I could swear I used to know how to do this

I recently scored a nice, inexpensive, refurbished sewing machine.  I hemmed a pair of pajama pants that were about four inches too long for John, then thought, “Hey – pajama pants would be a nice, easy project in general.”  Cheap, cheerful – great weekend project.  I even found this Instructables article on using your own favorite pants as templates for making your own.  Cool.  We kind of live in pajama pants around here, so this makes all kinds of sense.  John is especially in need of a few new pairs, so he was to get the first fruits of my labor.

John and I had an errand-running day, and we fit in a trip to the biggest local fabric emporium while we were out.  I said, “So what were you thinking about for fabric?”  Poor John looked like realized he was an inadvertent contestant on “Who Wants to be Asked Questions They Never Considered” – a new game show we apparently have in development at our house.

“Um… I hadn’t thought about it.”

“Well, look around.  See anything you like?”

John almost immediately gravitated towards azure fabric with sharks on it.  “I kind of like the sharks,” he said, fingering the fabric uncertainly.

“Okay, you want the sharks?”  I asked.

“I dunno,” he replied.  At this point, I realize that the woman helming the cutting table in this department is trying hard not to laugh.

“Do you want Wookies, maybe?  Tie-fighters?”  I glance over again.  The clerk is doing a fair impression of stoicism, but there’s some quivering of the lip going on.  Her eye is twitching.  “It’s okay,” I tell her.  “Everybody laughs at us – go ahead.”  She dissolves.

We got the sharks.

Upon arriving home, I throw the fabric in the wash and grab John’s favorite pajama pants to trace out a template on craft paper.  A few hours later, when John comes back from a bike ride, I have him try them on before I do the final hems and install the elastic.

They don’t fit.

Seamstress FAIL

They don’t fit HIM anyway.

I’m going back later this week for more shark chintz and a proper pattern.


  1. Love the sharks – and are those hand-knit socks I see down there?

  2. Yes, those are handknit socks!

    Marie, is Punkin still fascinated by sharks? I have some leftover fabric…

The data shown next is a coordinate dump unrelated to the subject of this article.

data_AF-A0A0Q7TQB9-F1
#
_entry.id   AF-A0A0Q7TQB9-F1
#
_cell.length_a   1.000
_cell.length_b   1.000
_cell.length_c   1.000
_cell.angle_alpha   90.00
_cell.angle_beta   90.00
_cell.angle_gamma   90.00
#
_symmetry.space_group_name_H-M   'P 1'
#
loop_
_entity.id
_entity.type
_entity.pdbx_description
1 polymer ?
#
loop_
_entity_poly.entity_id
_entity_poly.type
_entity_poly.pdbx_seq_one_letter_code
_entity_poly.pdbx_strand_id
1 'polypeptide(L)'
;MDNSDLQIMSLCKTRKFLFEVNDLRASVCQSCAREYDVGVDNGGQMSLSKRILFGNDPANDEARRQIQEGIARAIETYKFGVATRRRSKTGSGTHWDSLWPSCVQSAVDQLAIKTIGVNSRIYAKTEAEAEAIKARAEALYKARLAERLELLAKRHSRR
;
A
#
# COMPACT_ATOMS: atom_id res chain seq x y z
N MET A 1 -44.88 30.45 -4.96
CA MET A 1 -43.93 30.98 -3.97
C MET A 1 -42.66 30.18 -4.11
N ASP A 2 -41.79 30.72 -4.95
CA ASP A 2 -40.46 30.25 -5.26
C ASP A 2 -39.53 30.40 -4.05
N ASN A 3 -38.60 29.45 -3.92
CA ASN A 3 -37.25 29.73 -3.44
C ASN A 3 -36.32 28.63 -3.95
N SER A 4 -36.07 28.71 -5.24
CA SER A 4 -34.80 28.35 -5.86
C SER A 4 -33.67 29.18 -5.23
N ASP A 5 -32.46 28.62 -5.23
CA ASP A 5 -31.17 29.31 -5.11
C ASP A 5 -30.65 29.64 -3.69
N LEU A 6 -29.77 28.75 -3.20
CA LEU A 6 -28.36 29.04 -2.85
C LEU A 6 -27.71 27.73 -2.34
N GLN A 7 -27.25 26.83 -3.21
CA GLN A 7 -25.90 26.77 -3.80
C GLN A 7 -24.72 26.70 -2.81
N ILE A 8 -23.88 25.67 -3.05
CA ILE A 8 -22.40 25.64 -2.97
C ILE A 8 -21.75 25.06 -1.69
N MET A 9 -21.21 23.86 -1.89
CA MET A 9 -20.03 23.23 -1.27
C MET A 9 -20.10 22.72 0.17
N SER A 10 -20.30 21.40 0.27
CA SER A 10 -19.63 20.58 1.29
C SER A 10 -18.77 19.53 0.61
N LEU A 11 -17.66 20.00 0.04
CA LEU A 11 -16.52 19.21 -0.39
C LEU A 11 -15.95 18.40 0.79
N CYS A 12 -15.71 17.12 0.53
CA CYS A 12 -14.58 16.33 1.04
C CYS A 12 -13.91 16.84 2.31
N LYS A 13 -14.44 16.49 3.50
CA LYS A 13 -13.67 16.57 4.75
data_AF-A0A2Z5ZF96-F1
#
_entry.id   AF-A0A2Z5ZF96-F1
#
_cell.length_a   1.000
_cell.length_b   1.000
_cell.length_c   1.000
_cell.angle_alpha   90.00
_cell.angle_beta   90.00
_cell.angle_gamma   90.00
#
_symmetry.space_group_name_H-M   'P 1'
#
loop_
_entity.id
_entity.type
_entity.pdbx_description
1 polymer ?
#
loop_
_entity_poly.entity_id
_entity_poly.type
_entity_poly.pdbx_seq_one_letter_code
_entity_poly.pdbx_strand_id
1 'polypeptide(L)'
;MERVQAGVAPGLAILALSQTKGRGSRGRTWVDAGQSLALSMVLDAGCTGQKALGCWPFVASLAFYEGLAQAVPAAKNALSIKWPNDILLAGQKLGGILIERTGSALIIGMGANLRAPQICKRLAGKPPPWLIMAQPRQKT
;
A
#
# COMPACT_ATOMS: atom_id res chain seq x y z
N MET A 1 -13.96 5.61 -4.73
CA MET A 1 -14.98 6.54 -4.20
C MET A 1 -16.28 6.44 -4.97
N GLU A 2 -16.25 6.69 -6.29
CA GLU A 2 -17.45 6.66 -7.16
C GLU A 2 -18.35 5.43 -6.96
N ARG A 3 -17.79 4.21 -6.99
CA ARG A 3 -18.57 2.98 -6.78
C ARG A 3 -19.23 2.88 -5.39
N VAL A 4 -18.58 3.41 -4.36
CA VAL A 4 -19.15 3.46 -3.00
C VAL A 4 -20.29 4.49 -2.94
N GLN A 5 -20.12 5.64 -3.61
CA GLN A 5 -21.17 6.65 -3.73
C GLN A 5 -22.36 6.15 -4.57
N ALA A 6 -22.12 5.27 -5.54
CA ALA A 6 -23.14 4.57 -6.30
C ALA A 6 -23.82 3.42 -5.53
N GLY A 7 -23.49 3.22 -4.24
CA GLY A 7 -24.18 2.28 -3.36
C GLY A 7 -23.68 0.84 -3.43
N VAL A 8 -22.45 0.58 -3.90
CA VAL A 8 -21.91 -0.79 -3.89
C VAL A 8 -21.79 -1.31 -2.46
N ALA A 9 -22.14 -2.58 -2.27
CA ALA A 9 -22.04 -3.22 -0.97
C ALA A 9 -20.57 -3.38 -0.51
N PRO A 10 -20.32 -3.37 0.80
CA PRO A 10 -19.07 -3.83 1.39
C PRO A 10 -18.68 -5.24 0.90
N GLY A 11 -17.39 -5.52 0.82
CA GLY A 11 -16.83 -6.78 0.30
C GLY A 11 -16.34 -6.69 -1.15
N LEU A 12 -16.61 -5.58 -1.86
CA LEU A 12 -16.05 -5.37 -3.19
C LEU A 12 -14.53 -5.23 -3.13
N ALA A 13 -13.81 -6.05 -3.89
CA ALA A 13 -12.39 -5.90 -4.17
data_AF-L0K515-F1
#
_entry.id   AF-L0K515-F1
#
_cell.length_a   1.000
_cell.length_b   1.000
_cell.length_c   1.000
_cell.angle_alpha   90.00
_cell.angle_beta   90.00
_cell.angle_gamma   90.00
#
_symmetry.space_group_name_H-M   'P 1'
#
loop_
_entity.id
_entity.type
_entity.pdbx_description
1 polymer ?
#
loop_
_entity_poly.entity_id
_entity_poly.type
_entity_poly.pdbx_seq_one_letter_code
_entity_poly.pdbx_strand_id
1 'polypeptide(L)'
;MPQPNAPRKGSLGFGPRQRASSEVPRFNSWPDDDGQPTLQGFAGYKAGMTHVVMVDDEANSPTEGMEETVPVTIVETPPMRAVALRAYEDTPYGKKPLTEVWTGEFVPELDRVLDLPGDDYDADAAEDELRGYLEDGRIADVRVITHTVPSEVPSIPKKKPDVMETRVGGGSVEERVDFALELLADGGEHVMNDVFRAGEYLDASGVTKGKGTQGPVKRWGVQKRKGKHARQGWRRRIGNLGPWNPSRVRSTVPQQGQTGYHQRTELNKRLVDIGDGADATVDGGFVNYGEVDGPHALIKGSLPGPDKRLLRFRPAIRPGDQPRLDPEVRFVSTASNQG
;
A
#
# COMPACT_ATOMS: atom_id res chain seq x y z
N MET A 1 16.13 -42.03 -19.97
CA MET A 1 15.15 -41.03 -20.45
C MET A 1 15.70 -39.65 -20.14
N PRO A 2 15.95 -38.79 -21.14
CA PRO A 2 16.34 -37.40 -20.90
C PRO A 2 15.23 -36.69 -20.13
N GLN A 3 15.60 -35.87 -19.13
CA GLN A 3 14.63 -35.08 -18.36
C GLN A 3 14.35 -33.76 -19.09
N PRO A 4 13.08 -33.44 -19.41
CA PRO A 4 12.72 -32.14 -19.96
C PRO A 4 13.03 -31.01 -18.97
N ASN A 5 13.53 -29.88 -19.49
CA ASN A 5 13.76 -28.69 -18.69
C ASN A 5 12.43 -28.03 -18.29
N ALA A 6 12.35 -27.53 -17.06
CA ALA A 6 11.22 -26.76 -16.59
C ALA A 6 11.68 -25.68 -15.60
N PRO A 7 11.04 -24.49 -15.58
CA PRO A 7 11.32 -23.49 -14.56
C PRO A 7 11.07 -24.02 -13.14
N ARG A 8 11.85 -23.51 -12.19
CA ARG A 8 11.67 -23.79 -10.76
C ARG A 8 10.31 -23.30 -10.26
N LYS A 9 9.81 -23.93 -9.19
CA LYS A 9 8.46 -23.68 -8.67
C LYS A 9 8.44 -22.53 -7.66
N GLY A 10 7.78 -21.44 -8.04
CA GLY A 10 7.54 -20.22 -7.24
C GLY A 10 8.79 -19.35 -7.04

3. I don’t think Punkin really has much interest in sharks, but Buddy finds them utterly fascinating! (Was it you and John who bought the shark puppet at the Aquarium? That has been one of his choice stuffed animals to go with him to day care for quite some time now). I’m sure I could make him something fun out of leftover fabric if you aren’t going to do anything with it!

  4. I’m pretty sure it was Mark who bought the puppet. At the time, P was utterly fascinated by the sharks – she couldn’t get shut of the otters fast enough in favor of the predators.

  5. I still think they’re darn cute, and go well with the handknit socks!

    If John can’t get comfy in them, I’m sure some lucky nephew could :)

  6. Brenda Dayne says

    “They don’t fit HIM anyway,” implies that maybe they fit you? Dunno, but I’d be careful. I think maybe two pairs of shark pants in one family might cause some sort of rip in the fabric of space and time.

  7. Hi Brenda! Yep, that is the implication. Those are my legs and feet.

    I think that when I do make the second pair, we shall have to coordinate very carefully. I’m pretty sure it’s written in the book of Armageddon:

    “And shalle cyoot cupple wear sharkie jammies onne the same eve, there shalle be a ryp in space und tyme, und out of it shalle cume the bytchiest une ye knewe in Heigh Schule who shalle thenne tease ye without mercye.”

    Something to avoid.

  8. Brenda Dayne says

    I meant to mention a good way to knock off that second pair of shark pants and make sure they fit the person intended, is to add an extra inch to the OUTSIDE leg seam on both front and back pattern pieces. This gives you an extra four inches to play with overall, which is usually more than enough of a fudge factor.

    Sew the front and back leg sections together at the inseam first, followed by the crotch seam. Finally, use a basting stitch for the outside seam, try the pants on, and make adjustments to the outside leg seam as necessary.

    The above presumes, of course, an ample fabric supply, and a willingness to risk the destruction of the universe, to say nothing of teasing without mercy.